On the upside, Arsenal have bought fewer ´duds´ in the last 4 seasons or so. But transfer business does seem to have slowed as a result, as the club still seek a balance between a good transfer and a decisive one. Arsenal have had a little difficulty inducting new signings of late too. I speculated recently that the balance may be a little off kilter between reliance on StatsDNA and the importance of ´the eye´ in Arsenal´s scouting.

Wenger suggests he wanted to make a move for Griezmann during his Sociedad days, before the analytics department talked him out of it. It seemed like a slightly pointed comment. The Gunners have made a habit recently of buying good players, but ones that don´t necessarily fit in at Arsenal. Elneny and Xhaka seemed to be complete mysteries to Arsene for prolonged periods, while even a marquee signing like Alexis Sanchez has been shunted around the pitch.

Whether that is a fault of recruitment or simple tactical indecisiveness is open to debate. But it does seem like Arsenal buy a player and then spend a significant time trying to figure out what to do with him after the fact. I think the Gunners should investigate changing tack a little and nailing the melody before they start on the lyrics. Make the plan and then buy the players that fit it. A sophisticated analytics database is suited to this approach.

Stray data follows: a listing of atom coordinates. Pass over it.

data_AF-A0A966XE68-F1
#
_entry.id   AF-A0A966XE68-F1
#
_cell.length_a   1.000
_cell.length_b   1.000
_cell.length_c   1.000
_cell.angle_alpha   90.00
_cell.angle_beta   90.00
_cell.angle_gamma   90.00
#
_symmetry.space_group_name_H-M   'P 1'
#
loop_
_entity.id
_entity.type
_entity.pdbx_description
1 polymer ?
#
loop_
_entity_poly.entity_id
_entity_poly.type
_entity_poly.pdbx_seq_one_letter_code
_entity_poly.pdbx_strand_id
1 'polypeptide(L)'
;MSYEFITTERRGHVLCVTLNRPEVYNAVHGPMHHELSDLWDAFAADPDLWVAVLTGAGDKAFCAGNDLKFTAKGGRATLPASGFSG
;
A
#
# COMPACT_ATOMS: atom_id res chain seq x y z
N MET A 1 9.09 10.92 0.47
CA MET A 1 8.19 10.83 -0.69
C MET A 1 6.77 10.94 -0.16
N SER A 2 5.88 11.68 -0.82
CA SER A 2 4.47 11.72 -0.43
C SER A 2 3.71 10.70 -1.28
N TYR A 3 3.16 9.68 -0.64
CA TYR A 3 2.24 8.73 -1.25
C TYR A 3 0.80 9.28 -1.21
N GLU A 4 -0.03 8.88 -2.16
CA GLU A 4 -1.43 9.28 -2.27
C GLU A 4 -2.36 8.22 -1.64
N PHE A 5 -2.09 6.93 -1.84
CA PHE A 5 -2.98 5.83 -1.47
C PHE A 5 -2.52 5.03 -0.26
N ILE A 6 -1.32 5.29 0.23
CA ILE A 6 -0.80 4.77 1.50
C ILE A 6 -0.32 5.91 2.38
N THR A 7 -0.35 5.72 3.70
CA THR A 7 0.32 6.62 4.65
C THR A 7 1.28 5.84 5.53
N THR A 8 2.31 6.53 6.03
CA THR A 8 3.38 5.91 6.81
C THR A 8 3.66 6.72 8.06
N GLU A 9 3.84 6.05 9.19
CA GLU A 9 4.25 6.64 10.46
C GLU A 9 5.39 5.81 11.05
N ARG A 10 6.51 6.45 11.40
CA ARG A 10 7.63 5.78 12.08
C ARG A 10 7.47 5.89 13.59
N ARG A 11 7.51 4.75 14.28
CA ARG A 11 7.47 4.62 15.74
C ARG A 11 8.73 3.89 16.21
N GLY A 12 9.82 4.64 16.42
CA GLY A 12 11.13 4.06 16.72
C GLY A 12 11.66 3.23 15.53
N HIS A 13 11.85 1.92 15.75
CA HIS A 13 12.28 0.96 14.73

Arsenal endured significant problems with players that engaged them with the ball last season. Time and again, players were able to dribble through the Gunners midfield and defence all too easily. Troy Deeney´s tap in at The Emirates, Eden Hazard´s solo effort at Stamford Bridge, Dembele´s drive into the box that earned Spurs their point at the Emirates in November are all pertinent examples.

Arsenal conceded 11 penalties last season, many of which were rash tackles in response to opposition players engaging defenders in the dribble. Part of this is due to the team´s general openness defensively. But also because the squad has a cadre of midfielders that are dribbled around a little too easily.

Ramsey, Xhaka, Cazorla and Elneny are all guilty in this respect, while Coquelin´s tackling is much better when the ball is loose in 50-50 situations, as opposed to when it is under the spell of an opposing attacker. I fancy the physical profile of the team is a little lopsided and we could do with a few more athletes capable of covering plenty of ground.